> >        separate sub entries as long as they are contained under the same
> >
> >        LDAP subentry.
> >
> >        Modifying the password policy MUST NOT result in any change in users'
> >        entries to which the policy applies.
> >
> >        It SHOULD be possible to overwrite the password policy for one user
> >
> >        by defining a new policy in a subentry of the user entry.
> >
> >        Each object that is controlled by password policy advertises the
> >        subentry that is being used to control its policy in its
> >        pwdPolicySubentry attribute.  Clients wishing to examine or manage
>
> Sounds to me like he's looking for the schemaSubentry or
> accessControlSubentry attribute for the policy which stores the DN to
> the subentry.
>
> >        password policy for an object may interrogate the pwdPolicySubentry
> >        for that object in order to arrive at the proper pwdPolicy subentry.
> >
> >
> > The first thing I did not understand is the following sentence:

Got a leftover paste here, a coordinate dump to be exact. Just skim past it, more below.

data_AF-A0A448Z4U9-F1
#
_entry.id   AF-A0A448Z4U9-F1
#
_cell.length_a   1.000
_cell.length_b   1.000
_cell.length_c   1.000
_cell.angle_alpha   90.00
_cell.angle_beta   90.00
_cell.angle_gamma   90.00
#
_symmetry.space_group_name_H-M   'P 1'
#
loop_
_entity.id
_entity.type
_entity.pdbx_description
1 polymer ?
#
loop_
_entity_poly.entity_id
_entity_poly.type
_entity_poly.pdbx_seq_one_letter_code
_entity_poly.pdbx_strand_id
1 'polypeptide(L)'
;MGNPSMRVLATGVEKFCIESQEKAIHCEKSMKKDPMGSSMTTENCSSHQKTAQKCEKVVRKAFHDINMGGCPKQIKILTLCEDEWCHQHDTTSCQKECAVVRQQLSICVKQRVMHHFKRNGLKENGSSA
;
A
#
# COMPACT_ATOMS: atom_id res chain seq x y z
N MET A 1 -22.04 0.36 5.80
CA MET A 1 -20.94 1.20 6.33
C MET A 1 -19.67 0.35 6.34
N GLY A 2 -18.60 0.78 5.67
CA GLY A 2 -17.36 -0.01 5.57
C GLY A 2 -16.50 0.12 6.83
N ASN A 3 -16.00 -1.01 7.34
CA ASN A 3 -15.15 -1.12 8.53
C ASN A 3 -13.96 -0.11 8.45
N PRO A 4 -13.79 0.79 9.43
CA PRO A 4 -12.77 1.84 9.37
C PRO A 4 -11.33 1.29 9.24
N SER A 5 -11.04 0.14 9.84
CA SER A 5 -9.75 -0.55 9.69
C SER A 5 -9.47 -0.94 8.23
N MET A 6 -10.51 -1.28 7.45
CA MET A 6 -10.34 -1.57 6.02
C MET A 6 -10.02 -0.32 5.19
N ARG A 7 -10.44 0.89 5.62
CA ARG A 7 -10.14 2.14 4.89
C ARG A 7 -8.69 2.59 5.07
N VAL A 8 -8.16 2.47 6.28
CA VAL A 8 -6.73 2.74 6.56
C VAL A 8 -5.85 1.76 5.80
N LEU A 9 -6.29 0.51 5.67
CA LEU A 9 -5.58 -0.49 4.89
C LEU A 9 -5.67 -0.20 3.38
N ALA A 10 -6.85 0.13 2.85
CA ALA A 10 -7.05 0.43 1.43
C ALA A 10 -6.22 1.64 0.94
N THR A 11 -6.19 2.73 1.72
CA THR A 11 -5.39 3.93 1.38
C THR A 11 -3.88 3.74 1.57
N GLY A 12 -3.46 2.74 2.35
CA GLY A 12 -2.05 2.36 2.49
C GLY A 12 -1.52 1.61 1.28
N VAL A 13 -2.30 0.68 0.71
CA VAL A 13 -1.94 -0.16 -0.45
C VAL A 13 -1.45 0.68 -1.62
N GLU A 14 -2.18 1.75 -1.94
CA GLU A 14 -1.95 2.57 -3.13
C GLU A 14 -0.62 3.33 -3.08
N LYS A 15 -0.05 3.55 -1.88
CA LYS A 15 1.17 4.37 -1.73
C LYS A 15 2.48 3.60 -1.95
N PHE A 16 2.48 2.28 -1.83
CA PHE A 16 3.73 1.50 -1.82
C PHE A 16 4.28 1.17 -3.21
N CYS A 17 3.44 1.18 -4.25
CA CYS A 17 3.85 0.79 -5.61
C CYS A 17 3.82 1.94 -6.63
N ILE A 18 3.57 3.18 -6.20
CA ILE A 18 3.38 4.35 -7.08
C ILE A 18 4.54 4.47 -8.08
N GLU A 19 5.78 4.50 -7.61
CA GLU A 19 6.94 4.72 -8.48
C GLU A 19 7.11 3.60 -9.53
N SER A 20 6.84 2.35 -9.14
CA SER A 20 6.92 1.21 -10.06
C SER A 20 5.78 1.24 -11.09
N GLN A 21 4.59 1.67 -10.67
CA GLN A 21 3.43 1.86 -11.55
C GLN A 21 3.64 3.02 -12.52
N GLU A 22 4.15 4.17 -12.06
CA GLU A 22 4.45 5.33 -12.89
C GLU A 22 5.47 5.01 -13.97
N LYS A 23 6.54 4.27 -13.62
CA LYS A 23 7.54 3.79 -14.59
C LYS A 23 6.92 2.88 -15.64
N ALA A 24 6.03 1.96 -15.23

> >
> >     But password policies could also be in
> >        separate sub entries as long as they are contained under the same
> >
> >        LDAP subentry.
>
> Yeah this just sounded like he does not understand the admin model
> fully.  This is a nonsensical statement perhaps it was a type.  After
> all this is a draft and not an RFC.
>
> > What is a "sub entry" and what does it mean being "under the same LDAP
> > subentry.
>
> I think this guys is trying to say that you can have more than one
> subentry to store different policy rules for a PAA.
>
> Subentries cannot have any subordinates according to X.500.
> > RFC 3672 does not say anything about this but having subentry
> > subordinates may break the model. So do we need to allow something like
> > this?
>
> Yeah this breaks hard with X.500.  Also it's a bad idea in general to
> have subentries with child entries.  Why?  Think about the subentry
> control and continuity with respect to search results returned.  The
> rules about how search is supposed to find stuff gets really complicated
> and almost undefined.
>
> It's bad juju to mess around this way IMO.

What about subentries as subordinates of subentries?

> > Another point that is interesting is the following sentence:
> >
> >     It SHOULD be possible to overwrite the password policy for one user